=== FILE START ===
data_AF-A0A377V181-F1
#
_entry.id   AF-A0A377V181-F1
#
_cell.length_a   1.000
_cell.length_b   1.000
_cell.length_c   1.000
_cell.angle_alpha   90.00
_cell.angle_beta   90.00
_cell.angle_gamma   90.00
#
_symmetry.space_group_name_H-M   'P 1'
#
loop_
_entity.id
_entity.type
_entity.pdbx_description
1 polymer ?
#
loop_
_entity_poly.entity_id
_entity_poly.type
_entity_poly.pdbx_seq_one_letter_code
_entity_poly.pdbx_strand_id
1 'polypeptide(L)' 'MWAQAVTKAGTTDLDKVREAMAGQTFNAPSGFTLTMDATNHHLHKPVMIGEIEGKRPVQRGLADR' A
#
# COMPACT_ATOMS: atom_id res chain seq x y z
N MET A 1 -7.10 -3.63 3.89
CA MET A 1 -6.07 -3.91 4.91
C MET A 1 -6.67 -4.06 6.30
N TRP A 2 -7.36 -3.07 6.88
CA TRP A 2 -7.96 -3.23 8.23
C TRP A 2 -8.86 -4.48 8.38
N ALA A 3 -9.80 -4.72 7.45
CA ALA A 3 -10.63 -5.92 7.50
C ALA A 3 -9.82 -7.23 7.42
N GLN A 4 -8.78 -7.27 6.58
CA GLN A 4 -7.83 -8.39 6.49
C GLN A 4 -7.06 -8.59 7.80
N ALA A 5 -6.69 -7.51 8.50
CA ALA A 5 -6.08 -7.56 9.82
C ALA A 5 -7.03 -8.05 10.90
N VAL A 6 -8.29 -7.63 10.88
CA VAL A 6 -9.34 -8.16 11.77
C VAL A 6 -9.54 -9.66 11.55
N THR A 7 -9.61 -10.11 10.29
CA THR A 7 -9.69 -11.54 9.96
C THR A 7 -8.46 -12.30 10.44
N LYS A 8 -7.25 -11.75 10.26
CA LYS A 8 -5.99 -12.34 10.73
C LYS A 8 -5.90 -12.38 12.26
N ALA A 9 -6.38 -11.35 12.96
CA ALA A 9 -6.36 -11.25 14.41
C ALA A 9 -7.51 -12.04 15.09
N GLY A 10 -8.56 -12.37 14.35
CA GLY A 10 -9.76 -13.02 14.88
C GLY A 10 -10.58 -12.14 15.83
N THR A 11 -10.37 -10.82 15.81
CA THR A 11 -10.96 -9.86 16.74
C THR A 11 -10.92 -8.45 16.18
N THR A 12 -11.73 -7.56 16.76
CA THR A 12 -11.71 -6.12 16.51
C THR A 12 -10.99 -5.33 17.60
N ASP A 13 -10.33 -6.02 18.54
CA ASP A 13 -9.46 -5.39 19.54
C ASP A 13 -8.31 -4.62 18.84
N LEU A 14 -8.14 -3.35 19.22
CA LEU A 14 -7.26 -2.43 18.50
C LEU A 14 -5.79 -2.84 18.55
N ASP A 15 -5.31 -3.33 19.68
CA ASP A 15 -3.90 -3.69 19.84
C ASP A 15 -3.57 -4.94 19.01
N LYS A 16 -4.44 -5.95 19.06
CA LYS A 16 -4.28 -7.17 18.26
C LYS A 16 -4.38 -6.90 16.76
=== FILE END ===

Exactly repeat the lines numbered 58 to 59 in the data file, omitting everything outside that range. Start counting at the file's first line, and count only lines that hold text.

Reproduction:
N THR A 11 -10.37 -10.82 15.81
CA THR A 11 -10.96 -9.86 16.74